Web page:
TI Sued Over Patent Infringement in OMAP 3 and 4 Series

The patents in question are #6,647,450 (Multiprocessor computer systems with command FIFO buffer at each target device), #6,708,259 (Programmable wake up of memory transfer controllers in a memory transfer engine) and #6,874,049 (Semaphores with interrupt mechanism).

All three patents were held until November 9, 2011 by Cradle Technologies, which was spun off Cirrus Logic in 1998. Cradle IP is a subsidiary of Cradle Technologies that was apparently created to monetize Cradle Technology's patents. Cradle Technologies describes itself as a "leader in network video surveillance systems".

According to the suit, Cradle continued to develop multi-core hardware designs after it was separated from Cirrus Logic and even released chips, including the CT3600 multi-core DSP in 2005 and was earlier to market than TI and Freescale. The company also stated that it has tried to contact TI about the alleged patent violations as early as November 2008, but has been supposedly ignored.

As usual, the document asks for a court trial to confirm the infringement, as well as "compensatory damages, past and future, amounting to no less than reasonable royalties, prejudgment interest, and/or any other available damages based on any form of recoverable economic injury sustained by Cradle as a result of TI’s infringement including enhanced damages for TI’s willful infringement of the Patents-in-Suit."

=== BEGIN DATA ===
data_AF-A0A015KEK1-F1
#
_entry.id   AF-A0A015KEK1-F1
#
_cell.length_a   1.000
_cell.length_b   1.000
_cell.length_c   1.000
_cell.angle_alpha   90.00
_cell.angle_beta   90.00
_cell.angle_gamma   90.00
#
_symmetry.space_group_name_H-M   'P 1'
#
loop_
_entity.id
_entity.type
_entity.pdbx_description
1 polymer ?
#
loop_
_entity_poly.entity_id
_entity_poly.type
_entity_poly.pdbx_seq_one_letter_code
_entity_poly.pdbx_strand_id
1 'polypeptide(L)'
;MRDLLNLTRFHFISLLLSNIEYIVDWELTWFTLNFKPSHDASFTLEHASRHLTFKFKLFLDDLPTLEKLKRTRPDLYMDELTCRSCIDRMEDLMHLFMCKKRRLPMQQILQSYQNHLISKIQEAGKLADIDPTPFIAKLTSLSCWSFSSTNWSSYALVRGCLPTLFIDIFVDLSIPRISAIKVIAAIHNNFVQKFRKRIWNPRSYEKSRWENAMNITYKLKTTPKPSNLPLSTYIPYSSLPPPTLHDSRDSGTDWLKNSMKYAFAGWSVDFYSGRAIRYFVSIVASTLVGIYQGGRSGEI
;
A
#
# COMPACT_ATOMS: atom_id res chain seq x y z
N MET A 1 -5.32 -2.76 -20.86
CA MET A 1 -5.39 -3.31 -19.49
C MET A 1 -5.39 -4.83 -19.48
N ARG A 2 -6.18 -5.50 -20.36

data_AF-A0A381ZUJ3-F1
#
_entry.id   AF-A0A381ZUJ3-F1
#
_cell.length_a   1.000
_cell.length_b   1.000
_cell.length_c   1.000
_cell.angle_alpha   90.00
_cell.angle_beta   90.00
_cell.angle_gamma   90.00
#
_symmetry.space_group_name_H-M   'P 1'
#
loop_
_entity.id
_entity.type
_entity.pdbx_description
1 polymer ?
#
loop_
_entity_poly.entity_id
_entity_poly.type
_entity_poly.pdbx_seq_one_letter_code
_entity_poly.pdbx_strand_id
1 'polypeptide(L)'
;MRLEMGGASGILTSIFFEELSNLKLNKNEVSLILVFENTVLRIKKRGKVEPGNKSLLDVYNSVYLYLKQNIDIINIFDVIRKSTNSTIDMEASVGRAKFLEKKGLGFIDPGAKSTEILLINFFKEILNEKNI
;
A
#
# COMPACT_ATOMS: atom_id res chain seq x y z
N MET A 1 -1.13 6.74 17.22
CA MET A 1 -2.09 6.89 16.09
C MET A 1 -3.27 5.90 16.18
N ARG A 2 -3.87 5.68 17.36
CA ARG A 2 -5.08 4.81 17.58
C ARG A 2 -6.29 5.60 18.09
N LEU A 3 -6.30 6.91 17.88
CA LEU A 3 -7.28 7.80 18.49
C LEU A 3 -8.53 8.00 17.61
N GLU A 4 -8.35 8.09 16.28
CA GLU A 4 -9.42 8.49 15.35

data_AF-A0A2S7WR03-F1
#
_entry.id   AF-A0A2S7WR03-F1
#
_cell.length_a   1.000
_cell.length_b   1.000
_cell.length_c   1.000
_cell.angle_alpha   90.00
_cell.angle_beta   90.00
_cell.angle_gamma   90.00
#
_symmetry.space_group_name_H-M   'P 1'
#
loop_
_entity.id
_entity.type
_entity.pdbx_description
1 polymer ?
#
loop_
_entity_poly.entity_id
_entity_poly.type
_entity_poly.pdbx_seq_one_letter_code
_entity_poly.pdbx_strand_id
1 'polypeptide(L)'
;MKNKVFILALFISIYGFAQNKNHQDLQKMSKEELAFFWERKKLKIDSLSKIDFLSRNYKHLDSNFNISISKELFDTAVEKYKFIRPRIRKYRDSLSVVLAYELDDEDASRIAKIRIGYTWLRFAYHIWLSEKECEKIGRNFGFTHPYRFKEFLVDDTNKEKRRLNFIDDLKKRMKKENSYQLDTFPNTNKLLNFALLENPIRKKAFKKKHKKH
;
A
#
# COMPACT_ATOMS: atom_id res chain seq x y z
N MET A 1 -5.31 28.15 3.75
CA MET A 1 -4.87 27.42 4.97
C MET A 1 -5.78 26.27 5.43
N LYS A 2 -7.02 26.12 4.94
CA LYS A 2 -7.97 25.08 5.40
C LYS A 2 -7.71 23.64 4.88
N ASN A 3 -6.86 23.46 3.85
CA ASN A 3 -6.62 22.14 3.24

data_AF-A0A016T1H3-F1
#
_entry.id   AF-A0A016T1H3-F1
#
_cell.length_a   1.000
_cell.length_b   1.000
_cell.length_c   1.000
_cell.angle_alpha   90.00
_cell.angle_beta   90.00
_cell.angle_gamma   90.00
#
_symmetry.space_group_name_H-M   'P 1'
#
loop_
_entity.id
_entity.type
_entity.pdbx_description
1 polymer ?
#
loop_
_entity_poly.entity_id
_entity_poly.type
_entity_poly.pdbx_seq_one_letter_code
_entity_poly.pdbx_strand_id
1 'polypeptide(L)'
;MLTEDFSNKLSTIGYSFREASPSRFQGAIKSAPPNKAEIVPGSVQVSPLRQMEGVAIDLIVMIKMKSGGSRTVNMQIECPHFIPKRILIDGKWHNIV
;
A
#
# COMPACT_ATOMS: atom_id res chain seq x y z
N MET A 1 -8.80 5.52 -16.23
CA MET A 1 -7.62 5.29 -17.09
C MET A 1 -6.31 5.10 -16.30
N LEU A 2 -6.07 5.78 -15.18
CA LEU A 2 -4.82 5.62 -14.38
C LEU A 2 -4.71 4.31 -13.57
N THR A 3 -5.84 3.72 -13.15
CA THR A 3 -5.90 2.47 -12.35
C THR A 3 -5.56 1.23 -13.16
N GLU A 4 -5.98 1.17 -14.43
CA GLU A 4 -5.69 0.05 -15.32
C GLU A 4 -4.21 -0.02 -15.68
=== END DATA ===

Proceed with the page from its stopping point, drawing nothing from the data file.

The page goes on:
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  • alidan
    not sure what these pattents are exactly, but if used in chips predateing ti's use, than i can see a legitimate concern.

    granted i dont know much and for all i know these could be the rounded edges of hardware.
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  • dogman_1234
    This is insane!

    this has to burn a bridge for innovators. Originally, Patents and IP, ( Intellectual Property) were created to protect inventors and innovation. Nowadays, it is a marketing tool to screw anyone in the @$$ for billions and deters innovation. This is sickening to see a good idea being abused.
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  • mrmez
    It is a bit out of control for sure. But won't it deter innovation even more if everyone blatantly violates patents with no consequence?

    I mean, whats the point in spending billions on R&D creating something new if everyone will copy you tomorrow at no cost?

    There is no magic bullet here. Protecting IP is difficult and costly. With so many million patents, its also extremely difficult to find if there is something already out there, especially when the descriptions can be so vague.
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